by John R. Fischer
, Senior Reporter | August 21, 2018
In accordance with national guidelines, physicians are discussing the pros and cons of lung cancer screenings with high-risk patients. They’re just doing it wrong.
That’s the conclusion reached by researchers at the University of North Carolina Lineberger Comprehensive Cancer Center in their new study, which found conversations on lung cancer screening to be "poor" in quality and discussions on the potential harms of screening to be "virtually nonexistent."
"Our payment system rewards procedures and infusions through high levels of reimbursement. Our system does not reimburse well for visits with patients having multiple chronic medical problems in the outpatient setting," senior author Daniel S. Reuland, director of the University of North Carolina Lineberger Comprehensive Cancer Center's Carolina Cancer Screening Initiative and a professor at the UNC School of Medicine, told HCB News. "As a result, visit times are very short, many issues need to be covered quickly, and a culture and practice of moving quickly through visits has developed. This environment is poorly conducive to educating and engaging patients more deeply, and having nuanced, evidence-informed discussions about the trade-offs inherent in many medical decisions."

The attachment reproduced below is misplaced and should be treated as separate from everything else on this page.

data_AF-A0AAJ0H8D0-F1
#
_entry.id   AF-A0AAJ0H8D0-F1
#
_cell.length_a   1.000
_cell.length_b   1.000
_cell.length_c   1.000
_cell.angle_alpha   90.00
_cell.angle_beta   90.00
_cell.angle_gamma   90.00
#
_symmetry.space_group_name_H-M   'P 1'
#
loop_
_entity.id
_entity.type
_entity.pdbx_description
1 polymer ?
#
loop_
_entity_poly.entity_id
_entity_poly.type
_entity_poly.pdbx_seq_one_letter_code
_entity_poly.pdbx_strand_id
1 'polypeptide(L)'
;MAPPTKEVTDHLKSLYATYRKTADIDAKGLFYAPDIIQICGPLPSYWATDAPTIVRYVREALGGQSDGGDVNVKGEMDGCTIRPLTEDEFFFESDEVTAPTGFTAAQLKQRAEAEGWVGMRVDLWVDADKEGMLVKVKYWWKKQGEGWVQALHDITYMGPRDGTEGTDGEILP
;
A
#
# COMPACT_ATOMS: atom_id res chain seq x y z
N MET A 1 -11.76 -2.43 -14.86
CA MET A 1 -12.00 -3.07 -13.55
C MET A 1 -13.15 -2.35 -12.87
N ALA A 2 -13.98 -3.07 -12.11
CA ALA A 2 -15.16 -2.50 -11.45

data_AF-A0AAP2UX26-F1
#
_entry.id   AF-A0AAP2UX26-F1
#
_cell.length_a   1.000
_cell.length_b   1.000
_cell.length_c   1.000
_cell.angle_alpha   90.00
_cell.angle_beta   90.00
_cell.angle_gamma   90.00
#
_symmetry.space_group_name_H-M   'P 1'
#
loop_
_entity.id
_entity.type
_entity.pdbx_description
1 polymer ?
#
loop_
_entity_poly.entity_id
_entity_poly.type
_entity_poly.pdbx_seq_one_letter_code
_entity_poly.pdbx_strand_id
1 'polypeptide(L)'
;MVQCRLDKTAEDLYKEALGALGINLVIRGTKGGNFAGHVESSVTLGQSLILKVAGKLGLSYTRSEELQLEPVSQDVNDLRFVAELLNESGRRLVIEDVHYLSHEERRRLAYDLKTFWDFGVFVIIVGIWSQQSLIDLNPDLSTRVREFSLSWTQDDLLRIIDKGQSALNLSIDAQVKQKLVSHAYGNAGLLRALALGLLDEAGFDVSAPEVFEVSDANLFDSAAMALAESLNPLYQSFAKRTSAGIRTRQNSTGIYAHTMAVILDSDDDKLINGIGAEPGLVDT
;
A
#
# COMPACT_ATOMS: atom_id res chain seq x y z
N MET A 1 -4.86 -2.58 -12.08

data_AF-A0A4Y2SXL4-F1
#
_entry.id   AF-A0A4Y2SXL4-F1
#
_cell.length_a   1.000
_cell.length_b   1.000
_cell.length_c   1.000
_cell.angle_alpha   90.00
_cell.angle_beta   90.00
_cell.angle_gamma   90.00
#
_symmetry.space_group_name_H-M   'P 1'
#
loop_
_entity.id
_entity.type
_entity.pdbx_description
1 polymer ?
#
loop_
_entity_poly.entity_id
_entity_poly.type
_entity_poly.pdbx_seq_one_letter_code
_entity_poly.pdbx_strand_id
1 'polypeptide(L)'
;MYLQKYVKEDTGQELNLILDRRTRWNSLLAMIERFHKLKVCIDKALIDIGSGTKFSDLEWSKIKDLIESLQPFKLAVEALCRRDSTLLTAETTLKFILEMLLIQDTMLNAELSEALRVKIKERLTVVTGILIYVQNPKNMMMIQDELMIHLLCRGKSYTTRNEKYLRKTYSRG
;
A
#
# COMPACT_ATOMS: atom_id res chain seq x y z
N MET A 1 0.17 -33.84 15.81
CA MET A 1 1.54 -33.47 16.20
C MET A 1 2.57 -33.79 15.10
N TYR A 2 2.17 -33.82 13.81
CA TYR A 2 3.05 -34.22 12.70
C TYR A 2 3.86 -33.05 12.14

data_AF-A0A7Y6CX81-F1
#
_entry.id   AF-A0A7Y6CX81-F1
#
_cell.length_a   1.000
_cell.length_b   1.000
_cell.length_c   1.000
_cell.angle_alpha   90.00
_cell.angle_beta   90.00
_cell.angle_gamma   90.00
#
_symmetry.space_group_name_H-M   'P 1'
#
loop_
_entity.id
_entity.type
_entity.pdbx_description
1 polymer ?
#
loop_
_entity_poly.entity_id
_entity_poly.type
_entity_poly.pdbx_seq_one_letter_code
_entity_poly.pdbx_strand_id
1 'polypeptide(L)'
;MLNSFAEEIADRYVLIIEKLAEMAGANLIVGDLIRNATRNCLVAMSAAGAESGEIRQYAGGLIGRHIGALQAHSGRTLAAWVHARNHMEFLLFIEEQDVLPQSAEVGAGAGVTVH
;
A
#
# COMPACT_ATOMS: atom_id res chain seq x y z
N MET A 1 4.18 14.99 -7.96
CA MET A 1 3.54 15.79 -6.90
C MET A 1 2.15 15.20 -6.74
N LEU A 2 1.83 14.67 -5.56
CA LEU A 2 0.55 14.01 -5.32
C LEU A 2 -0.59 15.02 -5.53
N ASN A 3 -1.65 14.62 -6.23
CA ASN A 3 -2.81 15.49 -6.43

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More than 234,000 people are diagnosed annually with lung cancer, which takes the lives of more than 154,000 individuals each year, making it the leading cause of death throughout the U.S., according to the American Cancer Society.
Discussions on screenings are recommended to help prevent deaths from occurring, and are even required in some cases by national guidelines. In addition, organizations like the U.S. Centers for Medicare and Medicaid require these conversations to take place before funding such procedures, and to include in them the pros and cons of screening, as well as issues of overdiagnosis and false positives and the risk of total radiation exposure.
Researchers analyzed 14 transcripts of audio-recorded office visit discussions between age-eligible patients and their doctors, finding them to be brief and one-sided, with each physician failing to mention any word on the potential harms involved in screening, the chance for false positives, or the need for additional imaging or invasive diagnostic procedures. Complete conversations for screenings, on average, were found to last one minute.
Detection of lung cancer in its earliest stage reduces the risk of death by the disease, according to the National Lung Screening Trial (NLST), which found
that low-dose spiral CT scan screenings resulted in 20 percent fewer lung cancer deaths among those with very high risks than patients who underwent chest X-rays.